Date of Award
Carbonate cement formed during diagenesis of sedimentary rocks frequently entraps samples of diagenetic fluid as fluid inclusions, which record the pressure and temperature of the fluid at the time of formation. Homogenization of liquid-gas inclusions yields an estimate of the minimum temperature of inclusion and crystal formation; freezing point depressions of liquid inclusions can provide a close approximation of the salinity of the trapped liquid. Homogenization temperatures (T^) and final melting temperatures (Tf) were determined for 222 small (4-15 micron), primary and pseudosecondary, aqueous liquid-gas fluid inclusions in coarse (0.25-3.0 mm) poikilotopic calcite cement. The cement is from the moderately buried (2.4-3.3 km) Smackover Formation (Upper Jurassic, Oxfordian), which was sampled from wells in Walker Creek and Mount Vernon oil fields in southern Arkansas. T^ values, uncorrected for excess ambient pressures during inclusion entrapment, range from 58° to 158°C. This large range is interpreted as resulting largely from gradual precipitation of calcspar and entrapment of inclusions during changing temperature conditions. Depressed freezing temperatures (-15° to -32°) and low initial melting temperatures (-51° to -68°C) indicate that the fluid in the inclusions is a very saline, complex calcium chloride brine containing the equivalent of between 19 and 31 wt percent NaCl. The elevated T^ values, high fluid salinity and apparent presence of CaCl2 suggest precipitation of the calcite cement in the subsurface from a hot, concentrated calcium chloride brine.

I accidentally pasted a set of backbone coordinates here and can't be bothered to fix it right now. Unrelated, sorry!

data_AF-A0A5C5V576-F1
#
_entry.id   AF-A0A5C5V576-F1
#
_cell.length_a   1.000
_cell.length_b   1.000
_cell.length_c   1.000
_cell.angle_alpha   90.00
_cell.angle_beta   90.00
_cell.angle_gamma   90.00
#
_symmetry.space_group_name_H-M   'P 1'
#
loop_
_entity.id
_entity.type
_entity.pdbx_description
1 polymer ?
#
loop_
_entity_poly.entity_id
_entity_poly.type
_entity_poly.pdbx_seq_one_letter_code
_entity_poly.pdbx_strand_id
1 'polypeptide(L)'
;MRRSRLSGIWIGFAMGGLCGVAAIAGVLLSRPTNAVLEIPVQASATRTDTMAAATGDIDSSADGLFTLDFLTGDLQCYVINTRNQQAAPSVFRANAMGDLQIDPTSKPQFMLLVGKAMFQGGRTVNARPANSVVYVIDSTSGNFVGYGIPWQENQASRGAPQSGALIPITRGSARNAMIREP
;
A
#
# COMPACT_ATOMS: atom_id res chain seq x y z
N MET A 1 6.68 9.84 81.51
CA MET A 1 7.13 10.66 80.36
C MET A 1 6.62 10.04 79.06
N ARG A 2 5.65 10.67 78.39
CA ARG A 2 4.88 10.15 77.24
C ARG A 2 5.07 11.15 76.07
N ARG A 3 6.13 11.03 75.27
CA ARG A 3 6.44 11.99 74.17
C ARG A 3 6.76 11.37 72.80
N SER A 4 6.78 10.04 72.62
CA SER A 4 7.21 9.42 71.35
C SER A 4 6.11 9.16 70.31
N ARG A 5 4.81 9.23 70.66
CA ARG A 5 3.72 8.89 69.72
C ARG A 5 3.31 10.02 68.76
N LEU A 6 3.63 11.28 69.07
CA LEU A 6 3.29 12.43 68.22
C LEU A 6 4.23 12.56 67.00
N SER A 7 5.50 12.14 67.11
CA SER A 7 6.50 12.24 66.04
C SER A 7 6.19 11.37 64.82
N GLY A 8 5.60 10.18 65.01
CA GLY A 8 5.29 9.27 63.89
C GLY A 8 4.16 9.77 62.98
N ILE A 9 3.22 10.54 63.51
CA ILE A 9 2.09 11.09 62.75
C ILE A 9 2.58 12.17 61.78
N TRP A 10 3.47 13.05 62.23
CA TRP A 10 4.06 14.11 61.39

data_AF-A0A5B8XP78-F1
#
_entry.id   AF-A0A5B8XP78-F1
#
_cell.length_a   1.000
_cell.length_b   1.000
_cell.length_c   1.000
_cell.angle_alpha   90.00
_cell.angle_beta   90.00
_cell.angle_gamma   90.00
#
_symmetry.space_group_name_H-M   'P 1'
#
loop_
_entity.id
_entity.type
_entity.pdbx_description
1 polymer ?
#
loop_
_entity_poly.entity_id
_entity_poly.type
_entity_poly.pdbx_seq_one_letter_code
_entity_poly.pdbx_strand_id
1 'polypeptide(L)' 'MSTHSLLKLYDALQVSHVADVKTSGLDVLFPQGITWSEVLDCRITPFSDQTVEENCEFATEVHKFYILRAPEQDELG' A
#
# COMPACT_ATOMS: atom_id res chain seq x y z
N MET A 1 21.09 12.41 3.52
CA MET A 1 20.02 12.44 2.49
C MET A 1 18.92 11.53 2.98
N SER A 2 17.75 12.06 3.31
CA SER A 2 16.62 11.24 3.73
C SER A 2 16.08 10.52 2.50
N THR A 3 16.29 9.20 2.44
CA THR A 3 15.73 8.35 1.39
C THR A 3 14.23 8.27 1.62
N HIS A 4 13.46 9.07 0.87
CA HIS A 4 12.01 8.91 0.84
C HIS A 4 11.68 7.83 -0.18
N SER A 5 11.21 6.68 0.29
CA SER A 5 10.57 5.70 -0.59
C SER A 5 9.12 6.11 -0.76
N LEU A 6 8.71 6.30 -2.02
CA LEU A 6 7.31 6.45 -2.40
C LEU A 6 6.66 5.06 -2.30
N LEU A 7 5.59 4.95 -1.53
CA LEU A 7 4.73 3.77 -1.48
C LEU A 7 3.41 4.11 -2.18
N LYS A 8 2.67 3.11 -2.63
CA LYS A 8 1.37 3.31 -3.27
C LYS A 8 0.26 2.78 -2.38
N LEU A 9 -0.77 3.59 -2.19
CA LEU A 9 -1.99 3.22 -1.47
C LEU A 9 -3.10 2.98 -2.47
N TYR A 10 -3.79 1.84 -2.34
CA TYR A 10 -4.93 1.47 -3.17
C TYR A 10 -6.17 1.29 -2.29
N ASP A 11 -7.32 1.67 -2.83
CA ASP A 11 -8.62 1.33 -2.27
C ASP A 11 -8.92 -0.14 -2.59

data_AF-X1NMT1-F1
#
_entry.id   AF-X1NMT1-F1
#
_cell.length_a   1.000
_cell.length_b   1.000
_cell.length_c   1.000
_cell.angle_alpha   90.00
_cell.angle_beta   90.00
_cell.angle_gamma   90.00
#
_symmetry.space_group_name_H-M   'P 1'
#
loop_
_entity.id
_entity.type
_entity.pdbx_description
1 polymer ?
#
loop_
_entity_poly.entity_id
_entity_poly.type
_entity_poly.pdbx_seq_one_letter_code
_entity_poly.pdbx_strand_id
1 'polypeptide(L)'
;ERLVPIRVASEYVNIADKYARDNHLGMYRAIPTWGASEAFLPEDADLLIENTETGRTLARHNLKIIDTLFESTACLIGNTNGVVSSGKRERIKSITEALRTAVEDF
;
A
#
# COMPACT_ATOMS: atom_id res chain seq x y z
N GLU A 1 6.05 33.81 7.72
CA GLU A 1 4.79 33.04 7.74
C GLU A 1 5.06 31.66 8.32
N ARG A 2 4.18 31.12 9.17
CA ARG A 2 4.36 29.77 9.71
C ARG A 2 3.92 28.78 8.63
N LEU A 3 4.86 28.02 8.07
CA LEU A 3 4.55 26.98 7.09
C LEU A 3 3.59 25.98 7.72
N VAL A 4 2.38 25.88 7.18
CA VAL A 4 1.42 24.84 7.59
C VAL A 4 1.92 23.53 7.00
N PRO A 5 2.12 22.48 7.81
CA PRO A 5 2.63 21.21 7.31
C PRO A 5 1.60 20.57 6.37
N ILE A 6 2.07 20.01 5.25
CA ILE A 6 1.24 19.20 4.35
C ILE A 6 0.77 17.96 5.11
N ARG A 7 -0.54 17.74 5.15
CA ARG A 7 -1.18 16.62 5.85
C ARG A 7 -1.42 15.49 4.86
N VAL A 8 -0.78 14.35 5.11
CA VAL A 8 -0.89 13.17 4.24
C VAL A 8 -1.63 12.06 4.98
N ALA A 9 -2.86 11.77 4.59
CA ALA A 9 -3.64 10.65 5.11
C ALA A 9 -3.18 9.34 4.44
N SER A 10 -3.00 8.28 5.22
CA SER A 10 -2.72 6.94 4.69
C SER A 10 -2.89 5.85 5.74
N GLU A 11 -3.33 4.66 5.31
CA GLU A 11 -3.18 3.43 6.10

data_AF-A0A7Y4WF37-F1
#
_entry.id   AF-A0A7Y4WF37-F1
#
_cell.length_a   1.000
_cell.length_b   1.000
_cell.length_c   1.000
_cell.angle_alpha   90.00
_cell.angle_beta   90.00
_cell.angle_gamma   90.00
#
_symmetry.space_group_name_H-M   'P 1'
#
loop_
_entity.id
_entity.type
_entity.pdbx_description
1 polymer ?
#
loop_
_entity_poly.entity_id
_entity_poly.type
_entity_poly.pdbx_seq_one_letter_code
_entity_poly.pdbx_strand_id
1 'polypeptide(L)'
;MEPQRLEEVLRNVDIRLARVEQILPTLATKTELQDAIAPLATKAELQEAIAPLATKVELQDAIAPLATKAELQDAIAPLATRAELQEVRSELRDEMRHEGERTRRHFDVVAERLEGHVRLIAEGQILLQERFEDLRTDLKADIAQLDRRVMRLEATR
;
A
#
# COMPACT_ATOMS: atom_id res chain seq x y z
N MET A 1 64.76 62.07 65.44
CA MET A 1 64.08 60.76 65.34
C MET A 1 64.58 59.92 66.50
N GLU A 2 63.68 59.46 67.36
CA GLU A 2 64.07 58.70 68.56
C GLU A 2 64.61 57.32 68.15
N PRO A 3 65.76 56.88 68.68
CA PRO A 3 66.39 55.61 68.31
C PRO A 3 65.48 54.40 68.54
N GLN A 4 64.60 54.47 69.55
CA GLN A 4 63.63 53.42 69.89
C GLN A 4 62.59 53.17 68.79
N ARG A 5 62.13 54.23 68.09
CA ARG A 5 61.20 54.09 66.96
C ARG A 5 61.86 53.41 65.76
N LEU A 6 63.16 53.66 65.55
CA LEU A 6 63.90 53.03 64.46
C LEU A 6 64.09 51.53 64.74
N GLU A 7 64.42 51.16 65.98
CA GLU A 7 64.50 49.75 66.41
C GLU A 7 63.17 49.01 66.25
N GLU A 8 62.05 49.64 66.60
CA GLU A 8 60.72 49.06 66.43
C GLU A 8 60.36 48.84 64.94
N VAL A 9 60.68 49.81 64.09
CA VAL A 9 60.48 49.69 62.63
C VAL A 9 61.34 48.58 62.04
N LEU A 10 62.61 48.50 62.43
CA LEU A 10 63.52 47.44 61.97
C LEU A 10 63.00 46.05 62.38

Klosterman, Mary Jo, "Applications of Fluid Inclusion Techniques to Burial Diagenesis in Carbonate Rock Sequences" (1981). LSU Historical Dissertations and Theses. 8349.